As I mentioned earlier, financial aid packages actually consist of loans in grants. The process even for a student who is only eligible for student loans has to file that FAFSA. And again, that’s the Free Application for Federal Student Aid, has to do that year when they file that FAFSA, that will determine their eligibility for grants and or loans. And some of the common grant is the Federal Pell Grant doing the FAFSA yearly will determine the student’s eligibility for grants like the Pell Grant and for federal student loans as well as campus basting, which is a limited amount of an allocation that a college gets where we can distribute aid such as college work study, or another grant called supplemental educational opportunity grant, s. E. O G, for sure. So those are the basic types of financial aid that a student would be eligible for under the FAFSA filing the FAFSA, and again, that’s a yearly process. Students may also be eligible for scholarships that come from their high schools, or from there you know, even doing some research in the area. I another recommendation I would highly make is that a student in their junior year probably in high school would check with their local guidance offices in their high schools to see what scholarships may be available that they need to write a separate essay or do an application for. Sometimes places like the American Legion or the Rotary Club, or student’s employer might have scholarship or pair Yeah, students, family’s employer might have scholarships eligible, you know, for dependent children. And then many community colleges will have special scholarships for students who are at the top of their class. So, for example, our college has a scholarship that would cover full tuition for students in their first year, if they graduate in the top 10% of their high school class, or I’m sorry, the top 15%, we want to edit that to the top 15% of their high school class. And then in the second year, we pay 50% of their tuition. So, it’s good to look into programs like that student are enrolled at a college also, there may be more scholarship opportunities for their following years. So, we have a process where students could apply through an application a one-page application for scholarships in their second year, and some of that they could take with them to their baccalaureate college for their four-year degree. So, things like that are all good things to keep in mind for students as they’re navigating their billing in their financial aid.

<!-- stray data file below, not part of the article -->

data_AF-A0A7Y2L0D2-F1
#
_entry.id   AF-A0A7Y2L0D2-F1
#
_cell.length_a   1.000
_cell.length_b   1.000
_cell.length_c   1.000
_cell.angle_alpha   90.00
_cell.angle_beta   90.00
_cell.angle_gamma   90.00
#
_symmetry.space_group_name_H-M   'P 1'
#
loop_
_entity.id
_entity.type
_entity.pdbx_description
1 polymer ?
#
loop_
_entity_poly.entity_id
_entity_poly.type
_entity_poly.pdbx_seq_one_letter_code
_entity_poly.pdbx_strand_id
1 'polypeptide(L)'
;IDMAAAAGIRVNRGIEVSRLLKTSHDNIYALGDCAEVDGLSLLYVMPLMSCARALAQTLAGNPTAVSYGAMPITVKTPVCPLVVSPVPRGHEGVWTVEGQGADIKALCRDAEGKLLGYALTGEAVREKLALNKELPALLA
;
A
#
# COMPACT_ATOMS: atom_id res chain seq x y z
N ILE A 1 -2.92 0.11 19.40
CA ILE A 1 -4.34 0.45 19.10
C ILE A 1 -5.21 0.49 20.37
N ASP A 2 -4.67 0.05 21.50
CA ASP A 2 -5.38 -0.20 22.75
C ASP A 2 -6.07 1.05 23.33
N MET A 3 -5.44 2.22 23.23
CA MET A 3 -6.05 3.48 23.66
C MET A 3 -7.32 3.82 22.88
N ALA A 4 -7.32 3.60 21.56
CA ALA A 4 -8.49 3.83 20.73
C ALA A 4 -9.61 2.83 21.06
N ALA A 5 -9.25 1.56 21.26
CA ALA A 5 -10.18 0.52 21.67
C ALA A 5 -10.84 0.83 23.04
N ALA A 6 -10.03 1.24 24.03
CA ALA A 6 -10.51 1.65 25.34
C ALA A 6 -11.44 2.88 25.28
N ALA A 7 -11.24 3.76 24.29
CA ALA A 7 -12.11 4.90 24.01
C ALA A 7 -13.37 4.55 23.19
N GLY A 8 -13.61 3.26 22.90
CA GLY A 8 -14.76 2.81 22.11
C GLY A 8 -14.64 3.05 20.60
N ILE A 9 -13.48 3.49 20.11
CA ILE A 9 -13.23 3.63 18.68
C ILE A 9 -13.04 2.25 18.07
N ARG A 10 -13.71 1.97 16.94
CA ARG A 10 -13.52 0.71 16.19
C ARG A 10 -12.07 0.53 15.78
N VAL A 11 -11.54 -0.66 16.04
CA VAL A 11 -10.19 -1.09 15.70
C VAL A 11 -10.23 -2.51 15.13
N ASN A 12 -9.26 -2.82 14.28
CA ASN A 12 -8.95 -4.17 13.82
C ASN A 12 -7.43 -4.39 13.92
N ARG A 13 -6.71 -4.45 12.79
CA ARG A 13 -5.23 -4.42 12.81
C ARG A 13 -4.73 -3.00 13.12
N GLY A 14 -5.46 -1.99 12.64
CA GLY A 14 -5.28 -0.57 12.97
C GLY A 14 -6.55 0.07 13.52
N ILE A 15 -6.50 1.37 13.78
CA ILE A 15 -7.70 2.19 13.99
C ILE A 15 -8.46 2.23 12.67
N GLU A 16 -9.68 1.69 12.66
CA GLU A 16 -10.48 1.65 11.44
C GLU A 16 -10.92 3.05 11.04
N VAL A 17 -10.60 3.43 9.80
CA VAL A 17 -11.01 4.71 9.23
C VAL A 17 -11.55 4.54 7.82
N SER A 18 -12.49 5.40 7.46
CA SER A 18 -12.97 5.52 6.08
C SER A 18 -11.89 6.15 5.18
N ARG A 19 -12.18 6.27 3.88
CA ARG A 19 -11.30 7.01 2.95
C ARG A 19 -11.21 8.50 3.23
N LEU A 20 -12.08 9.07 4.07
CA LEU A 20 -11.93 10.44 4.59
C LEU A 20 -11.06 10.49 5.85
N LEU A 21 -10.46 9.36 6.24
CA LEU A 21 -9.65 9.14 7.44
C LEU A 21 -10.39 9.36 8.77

Justin Alger 16:09